Bill Belichick Q&A, 7/28
Posted on July 28, 2008
Filed Under Uncategorized
Thanks to the Patriots’ PR staff, here’s the complete transcript of today’s Q&A with Bill Belichick and the New England media.
BB: Well, we’re just rolling through the training camp mode here. We are starting to get into a little bit more situational football. We have the officials coming in tomorrow. They will kind of piggy back up off that in terms of making the players aware of some rules changes and how the games called, especially some of the younger guys. As we build through the week here, our situational football is going to start to pick up – red area, third down end of the game type stuff. Kicking situation and plays, all that type of stuff. In addition to our normal installation and the normal training camp routine we have that aspect going in too. That is what you will be seeing out there the next few days. There is not a lot of breaking news on this end.
Q: With the officials coming tomorrow is one of the things they are going to go over the new headset rule?
BB: We’re not going to deal with the headset issue until next week. We have enough to do to try to get ourselves straightened out with our normal stuff before we tackle something new. We’re going to try to make sure we have our basic installation in, substitution procedures and all that instead of adding another thing into the mix. I’m sure there are going to be a time where we are not going to be able to use that [radio system] for various reasons. We are going to have to operate without it anyway so we want to make sure we have that system down. We will look into it at the end of this week or next week.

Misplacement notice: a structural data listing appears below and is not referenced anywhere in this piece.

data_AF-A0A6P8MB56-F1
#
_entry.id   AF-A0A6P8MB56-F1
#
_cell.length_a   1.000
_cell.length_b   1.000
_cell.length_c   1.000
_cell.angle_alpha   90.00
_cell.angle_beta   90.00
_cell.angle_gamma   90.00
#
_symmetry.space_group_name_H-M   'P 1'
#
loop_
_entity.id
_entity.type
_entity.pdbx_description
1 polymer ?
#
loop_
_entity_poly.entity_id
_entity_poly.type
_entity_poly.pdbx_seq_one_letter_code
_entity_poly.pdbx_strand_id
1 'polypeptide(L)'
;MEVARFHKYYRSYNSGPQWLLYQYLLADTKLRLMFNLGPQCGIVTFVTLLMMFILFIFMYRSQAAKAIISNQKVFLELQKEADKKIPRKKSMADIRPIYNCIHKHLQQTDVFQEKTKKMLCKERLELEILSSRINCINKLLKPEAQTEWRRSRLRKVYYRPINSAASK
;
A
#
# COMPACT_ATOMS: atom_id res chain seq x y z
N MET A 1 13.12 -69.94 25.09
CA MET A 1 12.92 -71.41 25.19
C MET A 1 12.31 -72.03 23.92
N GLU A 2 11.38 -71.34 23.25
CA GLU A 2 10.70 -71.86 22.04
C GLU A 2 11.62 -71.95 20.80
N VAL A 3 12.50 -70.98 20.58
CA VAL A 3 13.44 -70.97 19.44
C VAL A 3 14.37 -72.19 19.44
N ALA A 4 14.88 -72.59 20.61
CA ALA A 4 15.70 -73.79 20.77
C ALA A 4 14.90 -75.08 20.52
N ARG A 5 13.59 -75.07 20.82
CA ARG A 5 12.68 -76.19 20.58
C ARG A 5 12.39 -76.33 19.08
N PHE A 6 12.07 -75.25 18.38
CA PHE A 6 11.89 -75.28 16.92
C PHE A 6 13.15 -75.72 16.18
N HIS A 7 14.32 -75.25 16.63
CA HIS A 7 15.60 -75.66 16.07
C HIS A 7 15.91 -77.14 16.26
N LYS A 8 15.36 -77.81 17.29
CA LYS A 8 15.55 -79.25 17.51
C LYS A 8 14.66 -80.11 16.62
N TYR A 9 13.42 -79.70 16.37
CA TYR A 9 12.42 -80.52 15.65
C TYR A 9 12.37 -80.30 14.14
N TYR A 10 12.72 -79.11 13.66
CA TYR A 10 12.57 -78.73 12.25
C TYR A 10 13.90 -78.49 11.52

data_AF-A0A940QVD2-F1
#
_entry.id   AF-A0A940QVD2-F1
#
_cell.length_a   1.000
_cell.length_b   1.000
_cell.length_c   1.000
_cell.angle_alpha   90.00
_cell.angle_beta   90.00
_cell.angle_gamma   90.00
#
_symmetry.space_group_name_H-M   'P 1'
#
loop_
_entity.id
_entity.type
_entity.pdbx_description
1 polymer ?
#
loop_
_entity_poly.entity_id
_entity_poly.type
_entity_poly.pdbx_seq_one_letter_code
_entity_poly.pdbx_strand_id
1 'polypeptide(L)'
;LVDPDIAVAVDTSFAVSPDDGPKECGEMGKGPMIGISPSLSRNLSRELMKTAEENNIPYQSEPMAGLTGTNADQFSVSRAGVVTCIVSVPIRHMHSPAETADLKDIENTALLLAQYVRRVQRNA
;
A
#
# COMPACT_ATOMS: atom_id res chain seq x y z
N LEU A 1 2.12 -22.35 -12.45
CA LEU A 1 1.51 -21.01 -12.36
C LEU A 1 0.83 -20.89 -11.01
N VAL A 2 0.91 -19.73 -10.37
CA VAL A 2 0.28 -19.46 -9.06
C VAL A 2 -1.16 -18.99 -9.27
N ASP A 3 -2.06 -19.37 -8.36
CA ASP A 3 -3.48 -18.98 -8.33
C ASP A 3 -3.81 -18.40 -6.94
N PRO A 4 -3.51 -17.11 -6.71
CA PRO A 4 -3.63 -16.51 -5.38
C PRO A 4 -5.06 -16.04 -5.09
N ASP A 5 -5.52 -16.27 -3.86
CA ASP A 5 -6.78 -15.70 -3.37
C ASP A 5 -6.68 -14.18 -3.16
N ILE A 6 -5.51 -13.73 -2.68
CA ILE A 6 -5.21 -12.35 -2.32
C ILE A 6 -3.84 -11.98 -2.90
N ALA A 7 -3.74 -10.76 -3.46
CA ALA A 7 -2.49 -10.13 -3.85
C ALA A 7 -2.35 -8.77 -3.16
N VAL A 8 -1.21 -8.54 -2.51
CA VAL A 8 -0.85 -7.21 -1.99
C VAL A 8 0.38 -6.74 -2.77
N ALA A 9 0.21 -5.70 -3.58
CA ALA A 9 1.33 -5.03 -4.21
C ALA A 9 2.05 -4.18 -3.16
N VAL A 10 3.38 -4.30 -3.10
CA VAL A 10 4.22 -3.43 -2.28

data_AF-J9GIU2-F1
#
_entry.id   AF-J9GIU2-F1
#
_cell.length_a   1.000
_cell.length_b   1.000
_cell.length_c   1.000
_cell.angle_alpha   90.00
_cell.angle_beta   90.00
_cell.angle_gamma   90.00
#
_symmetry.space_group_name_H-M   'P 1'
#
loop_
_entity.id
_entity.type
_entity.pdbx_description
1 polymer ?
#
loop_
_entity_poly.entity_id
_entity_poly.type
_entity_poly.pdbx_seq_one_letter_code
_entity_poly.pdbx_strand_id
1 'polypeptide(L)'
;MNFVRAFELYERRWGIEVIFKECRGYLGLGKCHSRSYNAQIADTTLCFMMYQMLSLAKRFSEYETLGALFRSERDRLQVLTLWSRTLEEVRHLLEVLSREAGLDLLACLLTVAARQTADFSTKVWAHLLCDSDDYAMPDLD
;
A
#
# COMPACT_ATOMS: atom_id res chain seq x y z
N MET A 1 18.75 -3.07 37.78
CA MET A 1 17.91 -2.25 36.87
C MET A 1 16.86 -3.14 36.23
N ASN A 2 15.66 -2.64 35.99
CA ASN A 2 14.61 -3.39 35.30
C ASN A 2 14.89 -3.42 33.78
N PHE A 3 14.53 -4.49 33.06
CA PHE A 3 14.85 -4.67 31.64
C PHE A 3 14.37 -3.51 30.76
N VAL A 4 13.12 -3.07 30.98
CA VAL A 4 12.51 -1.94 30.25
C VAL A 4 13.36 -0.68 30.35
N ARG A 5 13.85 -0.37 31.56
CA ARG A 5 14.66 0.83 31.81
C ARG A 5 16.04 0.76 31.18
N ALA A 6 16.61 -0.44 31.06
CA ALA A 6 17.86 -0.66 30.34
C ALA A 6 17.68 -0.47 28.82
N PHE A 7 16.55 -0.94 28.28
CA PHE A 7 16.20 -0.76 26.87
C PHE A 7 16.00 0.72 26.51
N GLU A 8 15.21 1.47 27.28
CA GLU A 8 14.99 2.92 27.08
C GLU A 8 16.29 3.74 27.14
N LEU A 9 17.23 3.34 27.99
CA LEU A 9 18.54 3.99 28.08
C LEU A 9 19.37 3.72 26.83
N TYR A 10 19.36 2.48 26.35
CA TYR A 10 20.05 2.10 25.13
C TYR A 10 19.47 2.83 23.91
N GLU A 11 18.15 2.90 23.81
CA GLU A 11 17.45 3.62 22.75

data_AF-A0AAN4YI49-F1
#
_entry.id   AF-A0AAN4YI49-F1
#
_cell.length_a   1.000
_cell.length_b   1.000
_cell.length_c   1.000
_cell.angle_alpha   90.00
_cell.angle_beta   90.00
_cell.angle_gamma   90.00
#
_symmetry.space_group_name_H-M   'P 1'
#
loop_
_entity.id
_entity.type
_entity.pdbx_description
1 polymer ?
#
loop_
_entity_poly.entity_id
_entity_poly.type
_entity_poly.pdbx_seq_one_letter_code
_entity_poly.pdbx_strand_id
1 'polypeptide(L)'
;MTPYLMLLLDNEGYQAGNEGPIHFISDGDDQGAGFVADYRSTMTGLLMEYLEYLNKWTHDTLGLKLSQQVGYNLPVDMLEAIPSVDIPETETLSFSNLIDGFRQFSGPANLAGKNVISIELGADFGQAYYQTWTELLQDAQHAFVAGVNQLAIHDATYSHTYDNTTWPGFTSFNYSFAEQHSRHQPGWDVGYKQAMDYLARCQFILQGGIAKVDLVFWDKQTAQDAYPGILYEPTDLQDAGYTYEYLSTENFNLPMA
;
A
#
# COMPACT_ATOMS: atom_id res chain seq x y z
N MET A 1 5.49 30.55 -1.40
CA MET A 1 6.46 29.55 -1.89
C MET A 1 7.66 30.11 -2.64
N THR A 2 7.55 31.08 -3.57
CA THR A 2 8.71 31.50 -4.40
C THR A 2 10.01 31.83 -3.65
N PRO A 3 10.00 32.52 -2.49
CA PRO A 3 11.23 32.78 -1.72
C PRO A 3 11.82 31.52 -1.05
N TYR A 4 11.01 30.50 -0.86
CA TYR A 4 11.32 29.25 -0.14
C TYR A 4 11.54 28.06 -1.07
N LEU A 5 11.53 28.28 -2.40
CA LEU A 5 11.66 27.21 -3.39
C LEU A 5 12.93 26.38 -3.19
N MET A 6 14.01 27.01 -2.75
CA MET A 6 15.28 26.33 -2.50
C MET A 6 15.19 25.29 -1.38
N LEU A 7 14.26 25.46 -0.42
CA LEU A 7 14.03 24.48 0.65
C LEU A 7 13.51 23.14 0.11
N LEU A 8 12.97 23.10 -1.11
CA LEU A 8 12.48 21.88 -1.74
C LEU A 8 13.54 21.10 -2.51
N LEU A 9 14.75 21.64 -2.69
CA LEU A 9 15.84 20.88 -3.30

Q: For a team that substitutes as much as you do, could that be a problem?
BB: That is one of the many problems that we have to address is since there is only one person out there, if he doesn’t have it than we are going to signal them anyway.
Q: How does the rule break down?
BB: The rule is you can only have one helmet out there defensively at a time. You designate two people that could wear the helmet. If one of those players was to leave you could put the helmet on player B.
Q: So it would be like Brad Smith with the [New York] Jets? He brings two helmets to every game.
BB: Exactly. If Tedy Bruschi was one of the radio guys than whoever the other player was would have two [helmets]. If you didn’t use one than you could use the other but if you are taking a guy out of the game for a third down play than you don’t switch the helmet, it would be easier to just signal it in.
Q: So that is a consideration too. To use signals?
BB: I think, from the coaches that I have talked to in the league, the defensive coaches and the head coaches, I think that everyone feels you better be prepared to signal.
Q: To clarify, you can only have two helmets at a game?
BB: You designate two players per game but only one can have the helmet on at a time with the green dot.